Mindblowingly Intricate Paper Art by Emma Van Leest

Emma Van Leest creates these incredible paper cut with the simplest of materials, a sheet of archival paper and a stencil knife.

"When I was little, I was always making things and drawing and playing elaborate made-up games, but I didn’t think about being an artist until I was at high school. Then, I was at RMIT University doing painting and in second year we had a collage project. I had backpacked around Europe over the summer holidays where I collected a whole lot of collage materials and went to as many art galleries and museums as I could. I walked everywhere, went to the opera for the first time in Vienna, and just soaked it all in. I came back to university and started making little theatre sets, exploring ideas about architectural space and putting figures in these little sets. Paper cutting began from here, almost as a solution to a problem. I had some artist friends who were making a lot of stencil art and I learnt a few techniques off them, and it grew from there."

"My mother taught me to sew when I was quite young, and since then I’ve enjoyed the repetitive and meditative nature of hand-scale sewing. Over time I became aware of the feminine traditions which I was connecting to, in particular the transformative nature of handicrafts – the potential to transform an everyday and normal object or material, such as plain cotton, paper or wool, into something beautiful, valuable and useful that would be treasured for generations."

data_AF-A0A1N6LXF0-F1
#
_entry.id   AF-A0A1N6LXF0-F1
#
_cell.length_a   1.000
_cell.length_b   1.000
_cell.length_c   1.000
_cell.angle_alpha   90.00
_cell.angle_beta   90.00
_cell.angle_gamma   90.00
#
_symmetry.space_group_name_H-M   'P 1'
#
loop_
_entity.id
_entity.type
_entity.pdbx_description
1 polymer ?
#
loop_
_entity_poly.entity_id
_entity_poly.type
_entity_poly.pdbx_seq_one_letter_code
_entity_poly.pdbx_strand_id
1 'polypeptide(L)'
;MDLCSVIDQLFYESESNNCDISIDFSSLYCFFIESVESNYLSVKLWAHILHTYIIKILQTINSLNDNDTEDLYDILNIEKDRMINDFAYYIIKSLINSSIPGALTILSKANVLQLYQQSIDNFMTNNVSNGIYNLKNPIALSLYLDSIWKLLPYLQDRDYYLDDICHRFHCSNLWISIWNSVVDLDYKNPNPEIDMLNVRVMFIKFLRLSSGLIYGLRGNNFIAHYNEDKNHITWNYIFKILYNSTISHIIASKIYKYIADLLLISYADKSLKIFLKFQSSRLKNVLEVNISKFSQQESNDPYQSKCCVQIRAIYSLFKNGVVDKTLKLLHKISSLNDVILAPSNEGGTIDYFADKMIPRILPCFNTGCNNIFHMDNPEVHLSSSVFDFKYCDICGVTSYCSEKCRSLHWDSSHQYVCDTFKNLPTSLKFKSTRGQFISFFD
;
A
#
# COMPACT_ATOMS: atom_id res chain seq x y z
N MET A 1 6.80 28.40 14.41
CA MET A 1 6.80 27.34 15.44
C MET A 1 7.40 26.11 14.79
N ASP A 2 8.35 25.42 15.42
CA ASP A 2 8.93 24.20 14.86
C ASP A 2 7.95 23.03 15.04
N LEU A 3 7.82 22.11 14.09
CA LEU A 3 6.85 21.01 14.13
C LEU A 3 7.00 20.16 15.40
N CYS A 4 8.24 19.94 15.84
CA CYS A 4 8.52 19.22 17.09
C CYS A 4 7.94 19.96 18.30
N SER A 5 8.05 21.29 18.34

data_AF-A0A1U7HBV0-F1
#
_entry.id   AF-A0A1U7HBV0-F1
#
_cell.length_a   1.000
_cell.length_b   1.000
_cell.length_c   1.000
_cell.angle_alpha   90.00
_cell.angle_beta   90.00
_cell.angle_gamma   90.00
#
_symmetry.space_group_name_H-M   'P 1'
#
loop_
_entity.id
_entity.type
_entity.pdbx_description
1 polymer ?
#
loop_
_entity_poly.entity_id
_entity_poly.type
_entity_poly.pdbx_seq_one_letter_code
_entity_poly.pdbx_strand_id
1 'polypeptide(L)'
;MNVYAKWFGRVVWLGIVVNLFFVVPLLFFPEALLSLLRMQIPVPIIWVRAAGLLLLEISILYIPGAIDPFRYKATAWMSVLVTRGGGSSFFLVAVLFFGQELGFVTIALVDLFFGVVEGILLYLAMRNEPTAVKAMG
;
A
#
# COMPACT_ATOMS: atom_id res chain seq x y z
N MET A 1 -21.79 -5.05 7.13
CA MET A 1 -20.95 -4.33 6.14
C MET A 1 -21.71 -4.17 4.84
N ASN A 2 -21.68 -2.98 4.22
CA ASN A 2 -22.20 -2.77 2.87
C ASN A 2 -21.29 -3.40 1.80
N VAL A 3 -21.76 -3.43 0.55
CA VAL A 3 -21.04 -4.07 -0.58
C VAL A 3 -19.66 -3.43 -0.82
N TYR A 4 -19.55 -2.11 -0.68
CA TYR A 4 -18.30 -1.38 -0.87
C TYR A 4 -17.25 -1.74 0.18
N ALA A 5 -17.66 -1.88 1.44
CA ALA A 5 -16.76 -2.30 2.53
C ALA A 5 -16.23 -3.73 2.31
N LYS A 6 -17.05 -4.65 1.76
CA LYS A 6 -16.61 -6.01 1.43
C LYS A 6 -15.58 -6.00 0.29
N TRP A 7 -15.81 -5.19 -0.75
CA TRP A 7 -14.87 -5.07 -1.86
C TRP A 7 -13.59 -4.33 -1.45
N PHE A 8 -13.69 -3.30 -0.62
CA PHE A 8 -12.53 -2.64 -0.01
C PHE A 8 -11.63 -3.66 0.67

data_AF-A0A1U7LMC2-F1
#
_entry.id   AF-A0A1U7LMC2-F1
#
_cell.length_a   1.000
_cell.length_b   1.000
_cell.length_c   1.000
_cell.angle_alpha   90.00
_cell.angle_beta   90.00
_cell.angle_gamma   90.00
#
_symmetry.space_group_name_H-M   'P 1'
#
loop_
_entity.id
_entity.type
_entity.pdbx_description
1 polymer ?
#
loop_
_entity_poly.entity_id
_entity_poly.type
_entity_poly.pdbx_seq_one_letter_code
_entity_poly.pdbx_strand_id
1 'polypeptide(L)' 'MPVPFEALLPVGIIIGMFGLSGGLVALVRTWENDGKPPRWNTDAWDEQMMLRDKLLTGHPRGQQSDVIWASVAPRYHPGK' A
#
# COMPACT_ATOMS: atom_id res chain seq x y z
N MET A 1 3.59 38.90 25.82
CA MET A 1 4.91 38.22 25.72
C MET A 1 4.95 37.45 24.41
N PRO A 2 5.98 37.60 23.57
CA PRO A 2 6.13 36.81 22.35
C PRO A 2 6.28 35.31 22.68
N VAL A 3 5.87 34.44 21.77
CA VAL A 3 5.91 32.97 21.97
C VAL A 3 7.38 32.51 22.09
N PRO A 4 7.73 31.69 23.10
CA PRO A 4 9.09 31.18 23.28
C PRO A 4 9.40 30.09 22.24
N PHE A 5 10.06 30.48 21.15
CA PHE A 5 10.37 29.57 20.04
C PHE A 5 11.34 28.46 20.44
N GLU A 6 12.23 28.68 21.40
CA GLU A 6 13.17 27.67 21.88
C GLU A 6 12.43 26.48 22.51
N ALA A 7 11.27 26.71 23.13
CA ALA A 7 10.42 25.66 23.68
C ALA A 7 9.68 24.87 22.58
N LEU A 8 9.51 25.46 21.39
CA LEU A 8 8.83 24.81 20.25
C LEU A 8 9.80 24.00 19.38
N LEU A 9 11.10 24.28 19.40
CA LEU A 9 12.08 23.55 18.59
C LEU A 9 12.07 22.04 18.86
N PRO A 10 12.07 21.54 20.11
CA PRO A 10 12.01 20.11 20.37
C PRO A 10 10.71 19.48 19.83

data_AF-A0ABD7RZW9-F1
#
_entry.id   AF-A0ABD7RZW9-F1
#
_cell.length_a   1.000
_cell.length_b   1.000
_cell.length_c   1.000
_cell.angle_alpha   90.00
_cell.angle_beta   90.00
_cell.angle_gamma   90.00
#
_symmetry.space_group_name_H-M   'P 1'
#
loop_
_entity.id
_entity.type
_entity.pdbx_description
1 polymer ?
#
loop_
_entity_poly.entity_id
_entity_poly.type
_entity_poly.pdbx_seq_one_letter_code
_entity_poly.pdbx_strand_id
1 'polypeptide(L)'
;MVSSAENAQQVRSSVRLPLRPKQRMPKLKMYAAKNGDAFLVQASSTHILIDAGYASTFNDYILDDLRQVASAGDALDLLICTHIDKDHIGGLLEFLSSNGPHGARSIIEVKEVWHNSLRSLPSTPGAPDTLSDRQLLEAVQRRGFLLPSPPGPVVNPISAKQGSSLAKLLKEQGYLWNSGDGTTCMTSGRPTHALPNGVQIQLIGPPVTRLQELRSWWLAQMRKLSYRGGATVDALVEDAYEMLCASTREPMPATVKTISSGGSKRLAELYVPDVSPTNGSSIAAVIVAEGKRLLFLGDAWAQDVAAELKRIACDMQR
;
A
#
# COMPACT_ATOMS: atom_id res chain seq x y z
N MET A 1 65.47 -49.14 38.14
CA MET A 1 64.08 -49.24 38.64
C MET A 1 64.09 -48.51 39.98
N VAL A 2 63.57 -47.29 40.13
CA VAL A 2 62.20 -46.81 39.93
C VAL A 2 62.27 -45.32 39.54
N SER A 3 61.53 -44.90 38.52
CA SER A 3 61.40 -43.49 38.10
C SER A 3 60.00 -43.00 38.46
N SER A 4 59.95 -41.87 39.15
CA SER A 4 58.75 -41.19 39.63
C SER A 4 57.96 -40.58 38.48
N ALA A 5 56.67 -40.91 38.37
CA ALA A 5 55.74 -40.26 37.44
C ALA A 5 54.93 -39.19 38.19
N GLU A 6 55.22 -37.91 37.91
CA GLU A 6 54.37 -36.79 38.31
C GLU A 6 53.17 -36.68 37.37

"Paper was invented to tell stories, so it is the perfect medium to convey my fantastical imaginings. What began as a collage project became miniature theatre sets and evolved to what I do today. I collect imagery from a variety of sources – gardening magazines, medieval illustrations, Baroque landscape paintings, Chinese and Indian comic books, Mughal and Persian miniatures – and create fantastical montages of imagined fairy worlds."

"I choose to cut paper because (a) I wasn't a super fabulous painter; (b) it has a good crafty aspect which makes it very satisfying; (c) I can make dioramas; and (d) it's so much more transportable than many other forms of art – I once took a solo show to Sydney in my carry-on luggage."

Each piece take anything from half an hour to 2 months depending on the size and on how detailed it is.

"I draw inspiration from art history – particularly traditional painting and drawing of Asia, from patterns, botanical sketches, gardening magazines, comic books and my own travels, drawing and photography."

All images are © Copyright of Emma Van Leest

Check her website: http://www.emmavanleest.com

Source: thedesignfiles, frankie, paperrunway


Post a Comment

Related Posts Plugin for WordPress, Blogger...

Design in CSS by TemplateWorld and sponsored by SmashingMagazine
Blogger Template created by Deluxe Templates